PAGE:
flare stars

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flare stars

(UV Ceti stars) Intrinsically faint cool red dwarf stars that undergo intense outbursts of energy from localized areas of the surface, causing transient but appreciable increases in the brightness of the star. The brightness can change by two magnitudes or more in several seconds, decreasing to its normal minimum in about 10 to 60 minutes; the output usually peaks in the near-ultraviolet. There are also radio and X-ray flares, not always coincident with optical flares. Flare stars are of spectral type M or sometimes K with spectral emission lines of hydrogen and ionized calcium, i.e. they are Me stars. They have unusually strong magnetic fields (typically 10–4 tesla), suggesting a similar mechanism to solar flares. Most flare stars are either young (found in associations) or are a component of a close binary star: the fast rotation due to youth or to tidal effects, respectively, is probably responsible for the strong magnetism. The nearby binary UV Ceti (M6e V) is a typical flare star.
Collins Dictionary of Astronomy © Market House Books Ltd, 2006
The following article is from The Great Soviet Encyclopedia (1979). It might be outdated or ideologically biased.

Flare Stars


stars that flare up for periods ranging from several minutes to several hours; the intervals between outbursts vary from several hours to several dozens of hours. During the most intense outbursts, the apparent brightness of the stars increases dozens of times. The outbursts are accompanied by changes in the stellar spectra and by radiation in the radio frequency range.

There are two types of flare stars. The first type includes some of the red dwarfs, which are widely distributed throughout the galaxy. A typical representative of this type is UV Ceti, which is 35,000 times weaker than the sun, 30 times smaller in mass, and 17 times smaller in diameter. Because of their poor luminosity, this type of flare star can be seen only in the immediate vicinity of the sun. The second type is found in groupings of young stars. These are also dwarfs, but they are larger and brighter than the flare stars of the first type. The outbursts are caused by the sudden transition of a yet unknown form of energy into heat and radiation energy, which apparently occurs in the external layers of the stellar atmosphere. In this respect the outbursts are related to solar flares, but they generate thousands of times more luminous energy and hundreds of thousands of times more radio-frequency radiation than the solar flares.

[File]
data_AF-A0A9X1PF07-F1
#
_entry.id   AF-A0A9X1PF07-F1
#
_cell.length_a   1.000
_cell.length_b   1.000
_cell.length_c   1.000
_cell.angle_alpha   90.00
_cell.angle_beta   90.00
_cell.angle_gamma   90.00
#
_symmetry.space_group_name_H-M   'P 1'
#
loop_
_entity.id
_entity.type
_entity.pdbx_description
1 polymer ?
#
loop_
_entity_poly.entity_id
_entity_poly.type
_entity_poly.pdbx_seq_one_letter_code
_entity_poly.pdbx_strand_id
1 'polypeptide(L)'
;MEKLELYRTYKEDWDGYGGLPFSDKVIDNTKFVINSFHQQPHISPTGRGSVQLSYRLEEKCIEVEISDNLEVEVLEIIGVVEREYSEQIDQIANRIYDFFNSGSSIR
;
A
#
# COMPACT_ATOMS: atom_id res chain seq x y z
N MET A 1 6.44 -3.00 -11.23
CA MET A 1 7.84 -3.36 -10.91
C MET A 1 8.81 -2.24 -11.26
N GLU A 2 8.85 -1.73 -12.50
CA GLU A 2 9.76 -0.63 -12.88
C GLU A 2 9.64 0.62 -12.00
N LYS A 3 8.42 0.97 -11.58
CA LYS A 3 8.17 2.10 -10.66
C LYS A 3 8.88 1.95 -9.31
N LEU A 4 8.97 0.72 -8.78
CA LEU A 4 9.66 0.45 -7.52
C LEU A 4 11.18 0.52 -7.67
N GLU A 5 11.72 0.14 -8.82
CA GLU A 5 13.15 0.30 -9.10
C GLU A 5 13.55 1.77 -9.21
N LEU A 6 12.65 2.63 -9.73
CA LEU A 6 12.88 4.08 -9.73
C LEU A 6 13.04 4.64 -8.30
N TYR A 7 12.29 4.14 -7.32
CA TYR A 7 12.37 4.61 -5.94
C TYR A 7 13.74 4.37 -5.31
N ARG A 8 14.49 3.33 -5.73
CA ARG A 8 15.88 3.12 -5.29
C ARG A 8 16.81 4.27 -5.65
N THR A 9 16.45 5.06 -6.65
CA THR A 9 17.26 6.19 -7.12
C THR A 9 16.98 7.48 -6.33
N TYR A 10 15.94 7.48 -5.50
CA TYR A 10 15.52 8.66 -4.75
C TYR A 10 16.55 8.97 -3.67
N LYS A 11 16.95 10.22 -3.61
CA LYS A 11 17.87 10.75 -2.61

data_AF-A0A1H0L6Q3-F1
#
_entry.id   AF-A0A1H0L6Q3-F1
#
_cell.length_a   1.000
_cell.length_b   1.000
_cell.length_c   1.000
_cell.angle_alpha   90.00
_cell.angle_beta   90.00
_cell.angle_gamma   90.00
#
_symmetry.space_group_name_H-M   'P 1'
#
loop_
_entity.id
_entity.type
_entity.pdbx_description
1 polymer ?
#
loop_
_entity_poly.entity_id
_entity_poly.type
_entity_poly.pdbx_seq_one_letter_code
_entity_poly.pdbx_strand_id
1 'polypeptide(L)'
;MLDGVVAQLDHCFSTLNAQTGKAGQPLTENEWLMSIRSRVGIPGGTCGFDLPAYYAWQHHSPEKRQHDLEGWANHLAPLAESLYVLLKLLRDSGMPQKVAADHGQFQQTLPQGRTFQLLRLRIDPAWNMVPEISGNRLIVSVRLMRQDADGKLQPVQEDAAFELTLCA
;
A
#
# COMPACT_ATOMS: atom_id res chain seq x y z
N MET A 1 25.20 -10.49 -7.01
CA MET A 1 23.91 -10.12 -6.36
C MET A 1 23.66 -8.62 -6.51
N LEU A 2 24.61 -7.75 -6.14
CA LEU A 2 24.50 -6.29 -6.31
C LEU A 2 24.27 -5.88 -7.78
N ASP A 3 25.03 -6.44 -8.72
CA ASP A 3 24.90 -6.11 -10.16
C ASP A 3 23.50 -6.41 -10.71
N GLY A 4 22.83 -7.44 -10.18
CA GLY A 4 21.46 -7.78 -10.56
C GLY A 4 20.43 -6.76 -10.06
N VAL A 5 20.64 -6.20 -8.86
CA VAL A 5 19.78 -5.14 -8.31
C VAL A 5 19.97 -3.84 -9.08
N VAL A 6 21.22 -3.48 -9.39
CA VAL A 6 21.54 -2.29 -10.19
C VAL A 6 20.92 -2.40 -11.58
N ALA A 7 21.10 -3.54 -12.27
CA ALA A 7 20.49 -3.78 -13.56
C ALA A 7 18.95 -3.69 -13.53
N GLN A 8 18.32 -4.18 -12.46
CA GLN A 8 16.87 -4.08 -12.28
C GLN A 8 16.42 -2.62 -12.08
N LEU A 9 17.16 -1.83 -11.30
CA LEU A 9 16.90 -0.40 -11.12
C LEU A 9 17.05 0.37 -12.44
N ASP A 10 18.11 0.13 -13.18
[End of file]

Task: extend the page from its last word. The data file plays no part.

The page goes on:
Gershberg, R. E. Vspyshki krasnykh karlikovykh zvezd. Moscow, 1970.


The Great Soviet Encyclopedia, 3rd Edition (1970-1979). © 2010 The Gale Group, Inc. All rights reserved.

flare stars

[′fler ‚stärz]
McGraw-Hill Dictionary of Scientific & Technical Terms, 6E, Copyright © 2003 by The McGraw-Hill Companies, Inc.
References in periodicals archive ?
The earth's two nearest neighbors, Proxima Centauri and Barnard's Star, are flare stars.
In analyzing their discovery, the observers rule out possible foreground objects in our own galaxy, such as flare stars, asteroids and dwarf novas, on grounds that the object, though variable, does not vary quickly enough for a flare star.
In 1960, at the suggestion of the Commonwealth Scientific and Industrial Research Organization, the Australian government's scientific agency, the ASNSW launched a program to monitor flare stars. The professional astronomers were studying the stars' outbursts at radio wavelengths and wanted society members to detect the outbursts' optical counterparts.
In the October 1st Astrophysical Journal Letters Woodgate and his coauthors write, "We are not able at present to determine whether the observed proton beam provides the dominant energy in this flare." They hope to settle that question with observations of more powerful outbursts on AU Microscopium and other flare stars. They cannot seek proton beams on the Sun, of course, because Hubble's instruments would be destroyed by sunlight.
If Proxima indeed orbits Alpha - and therefore probably arose from the same stellar nursery at the same time -- then researchers will have to reconsider certain important theoretical issues, Matthews and Gilmore say, Proxima is a flare star, given to periodic and dramatic surface brightenings.